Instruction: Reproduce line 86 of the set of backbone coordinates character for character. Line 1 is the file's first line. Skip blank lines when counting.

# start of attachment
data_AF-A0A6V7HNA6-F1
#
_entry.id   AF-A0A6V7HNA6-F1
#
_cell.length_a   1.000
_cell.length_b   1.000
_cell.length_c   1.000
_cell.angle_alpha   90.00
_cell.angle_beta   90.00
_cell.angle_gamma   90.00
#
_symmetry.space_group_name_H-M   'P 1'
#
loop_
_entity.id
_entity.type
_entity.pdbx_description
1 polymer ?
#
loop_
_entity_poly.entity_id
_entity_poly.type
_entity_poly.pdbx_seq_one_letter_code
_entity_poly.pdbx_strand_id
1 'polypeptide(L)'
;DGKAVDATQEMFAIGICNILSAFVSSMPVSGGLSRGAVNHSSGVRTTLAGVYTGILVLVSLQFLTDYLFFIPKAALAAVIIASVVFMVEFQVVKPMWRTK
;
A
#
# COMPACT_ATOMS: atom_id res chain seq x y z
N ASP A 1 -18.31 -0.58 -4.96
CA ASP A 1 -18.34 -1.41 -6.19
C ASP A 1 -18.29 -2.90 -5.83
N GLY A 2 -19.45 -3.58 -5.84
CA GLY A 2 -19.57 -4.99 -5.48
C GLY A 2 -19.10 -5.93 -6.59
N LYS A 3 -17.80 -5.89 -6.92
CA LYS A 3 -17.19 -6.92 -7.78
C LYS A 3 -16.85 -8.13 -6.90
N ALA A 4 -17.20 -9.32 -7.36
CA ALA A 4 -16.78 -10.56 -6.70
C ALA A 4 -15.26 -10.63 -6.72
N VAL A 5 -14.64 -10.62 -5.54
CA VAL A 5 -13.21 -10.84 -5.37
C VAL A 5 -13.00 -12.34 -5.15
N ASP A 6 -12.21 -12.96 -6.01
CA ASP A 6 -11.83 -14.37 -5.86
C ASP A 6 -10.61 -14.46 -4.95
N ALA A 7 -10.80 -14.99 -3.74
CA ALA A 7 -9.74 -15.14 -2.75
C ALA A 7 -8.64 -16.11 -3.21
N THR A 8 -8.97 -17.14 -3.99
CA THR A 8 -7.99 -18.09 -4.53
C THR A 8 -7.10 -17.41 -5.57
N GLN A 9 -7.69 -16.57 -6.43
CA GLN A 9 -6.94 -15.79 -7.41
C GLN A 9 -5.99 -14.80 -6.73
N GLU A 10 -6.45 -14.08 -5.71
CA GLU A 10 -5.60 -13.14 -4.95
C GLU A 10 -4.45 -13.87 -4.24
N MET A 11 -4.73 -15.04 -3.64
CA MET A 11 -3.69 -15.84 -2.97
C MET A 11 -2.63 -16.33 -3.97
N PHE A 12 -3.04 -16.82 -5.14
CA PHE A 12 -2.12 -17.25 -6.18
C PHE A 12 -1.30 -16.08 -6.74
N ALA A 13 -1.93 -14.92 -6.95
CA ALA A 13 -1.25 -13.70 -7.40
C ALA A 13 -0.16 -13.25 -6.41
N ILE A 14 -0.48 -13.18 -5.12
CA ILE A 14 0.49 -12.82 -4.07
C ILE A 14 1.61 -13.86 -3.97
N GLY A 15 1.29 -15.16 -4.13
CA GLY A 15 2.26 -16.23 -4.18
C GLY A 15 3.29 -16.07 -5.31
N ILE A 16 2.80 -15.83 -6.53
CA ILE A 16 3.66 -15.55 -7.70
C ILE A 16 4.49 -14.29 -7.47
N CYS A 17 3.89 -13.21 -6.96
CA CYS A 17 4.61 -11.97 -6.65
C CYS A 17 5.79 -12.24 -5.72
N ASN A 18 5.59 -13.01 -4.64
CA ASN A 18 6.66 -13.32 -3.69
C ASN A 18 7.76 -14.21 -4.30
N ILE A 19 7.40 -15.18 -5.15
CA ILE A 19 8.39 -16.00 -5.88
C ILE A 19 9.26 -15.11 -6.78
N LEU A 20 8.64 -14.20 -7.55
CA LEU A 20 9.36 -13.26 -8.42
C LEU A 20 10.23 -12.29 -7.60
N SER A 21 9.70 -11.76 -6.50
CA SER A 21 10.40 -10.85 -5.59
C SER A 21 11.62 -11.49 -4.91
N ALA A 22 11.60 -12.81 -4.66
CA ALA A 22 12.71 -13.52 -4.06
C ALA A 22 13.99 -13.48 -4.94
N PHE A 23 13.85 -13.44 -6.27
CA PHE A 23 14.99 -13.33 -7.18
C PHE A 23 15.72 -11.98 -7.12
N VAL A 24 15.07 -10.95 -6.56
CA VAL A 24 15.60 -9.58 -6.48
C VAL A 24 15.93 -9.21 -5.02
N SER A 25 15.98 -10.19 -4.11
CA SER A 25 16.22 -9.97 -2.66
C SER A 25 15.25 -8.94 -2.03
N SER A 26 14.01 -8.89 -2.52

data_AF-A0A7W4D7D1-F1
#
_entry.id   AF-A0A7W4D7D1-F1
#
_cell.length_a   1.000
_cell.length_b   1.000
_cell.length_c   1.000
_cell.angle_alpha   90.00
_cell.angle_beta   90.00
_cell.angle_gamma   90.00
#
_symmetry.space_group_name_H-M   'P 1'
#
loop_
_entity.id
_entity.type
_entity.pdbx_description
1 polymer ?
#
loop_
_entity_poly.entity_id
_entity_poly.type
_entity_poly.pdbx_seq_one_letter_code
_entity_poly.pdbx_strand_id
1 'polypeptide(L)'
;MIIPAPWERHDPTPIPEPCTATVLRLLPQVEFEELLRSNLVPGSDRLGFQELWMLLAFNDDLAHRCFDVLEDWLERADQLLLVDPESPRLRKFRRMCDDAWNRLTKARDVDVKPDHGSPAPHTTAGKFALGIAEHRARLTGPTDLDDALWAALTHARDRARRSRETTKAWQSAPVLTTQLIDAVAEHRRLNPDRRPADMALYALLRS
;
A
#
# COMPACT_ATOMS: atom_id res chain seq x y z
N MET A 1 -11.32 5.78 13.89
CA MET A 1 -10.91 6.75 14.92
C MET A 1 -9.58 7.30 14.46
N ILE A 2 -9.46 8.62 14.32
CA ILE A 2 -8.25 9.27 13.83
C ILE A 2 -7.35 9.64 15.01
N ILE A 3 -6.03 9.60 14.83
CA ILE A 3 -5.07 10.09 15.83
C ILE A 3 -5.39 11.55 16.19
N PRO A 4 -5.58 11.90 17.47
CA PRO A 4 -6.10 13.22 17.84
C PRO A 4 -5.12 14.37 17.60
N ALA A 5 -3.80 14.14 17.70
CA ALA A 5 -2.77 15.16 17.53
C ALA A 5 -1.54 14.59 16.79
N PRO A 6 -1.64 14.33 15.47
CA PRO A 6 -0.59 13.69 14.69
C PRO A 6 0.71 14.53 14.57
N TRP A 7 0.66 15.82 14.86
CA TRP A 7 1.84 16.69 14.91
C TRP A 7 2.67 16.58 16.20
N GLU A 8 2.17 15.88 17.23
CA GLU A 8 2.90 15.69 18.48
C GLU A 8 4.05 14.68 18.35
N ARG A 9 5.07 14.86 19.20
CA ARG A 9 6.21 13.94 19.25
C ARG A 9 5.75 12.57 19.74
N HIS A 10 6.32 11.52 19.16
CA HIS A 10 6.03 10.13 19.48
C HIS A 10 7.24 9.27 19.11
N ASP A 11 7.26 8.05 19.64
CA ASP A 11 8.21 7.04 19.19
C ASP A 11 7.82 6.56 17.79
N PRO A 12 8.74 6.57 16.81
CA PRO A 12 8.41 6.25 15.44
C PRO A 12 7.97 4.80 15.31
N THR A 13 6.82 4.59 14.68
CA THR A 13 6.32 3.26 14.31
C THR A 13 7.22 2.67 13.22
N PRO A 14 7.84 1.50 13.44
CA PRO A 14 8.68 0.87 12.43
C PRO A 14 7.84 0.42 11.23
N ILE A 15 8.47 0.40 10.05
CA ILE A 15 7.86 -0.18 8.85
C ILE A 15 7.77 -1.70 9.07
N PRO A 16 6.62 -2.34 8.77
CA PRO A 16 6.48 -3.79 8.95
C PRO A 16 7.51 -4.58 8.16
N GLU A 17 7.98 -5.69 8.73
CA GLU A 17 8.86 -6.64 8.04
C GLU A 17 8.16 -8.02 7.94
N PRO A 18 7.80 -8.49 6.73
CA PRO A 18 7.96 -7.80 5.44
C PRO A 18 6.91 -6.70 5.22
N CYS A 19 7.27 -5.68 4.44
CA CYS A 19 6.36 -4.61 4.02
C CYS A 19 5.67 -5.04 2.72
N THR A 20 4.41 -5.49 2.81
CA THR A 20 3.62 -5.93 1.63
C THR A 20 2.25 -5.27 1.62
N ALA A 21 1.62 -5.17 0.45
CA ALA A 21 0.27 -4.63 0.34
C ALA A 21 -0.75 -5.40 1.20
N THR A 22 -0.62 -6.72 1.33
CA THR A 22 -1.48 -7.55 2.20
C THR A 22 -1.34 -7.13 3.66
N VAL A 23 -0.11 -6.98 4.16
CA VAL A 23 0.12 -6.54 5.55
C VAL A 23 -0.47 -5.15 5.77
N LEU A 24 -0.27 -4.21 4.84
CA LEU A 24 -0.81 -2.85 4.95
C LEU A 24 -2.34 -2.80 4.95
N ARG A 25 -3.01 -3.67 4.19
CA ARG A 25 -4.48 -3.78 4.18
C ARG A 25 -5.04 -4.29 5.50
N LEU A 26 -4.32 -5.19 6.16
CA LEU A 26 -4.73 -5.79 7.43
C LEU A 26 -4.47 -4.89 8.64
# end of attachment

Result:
CA ILE A 19 8.39 -16.00 -5.88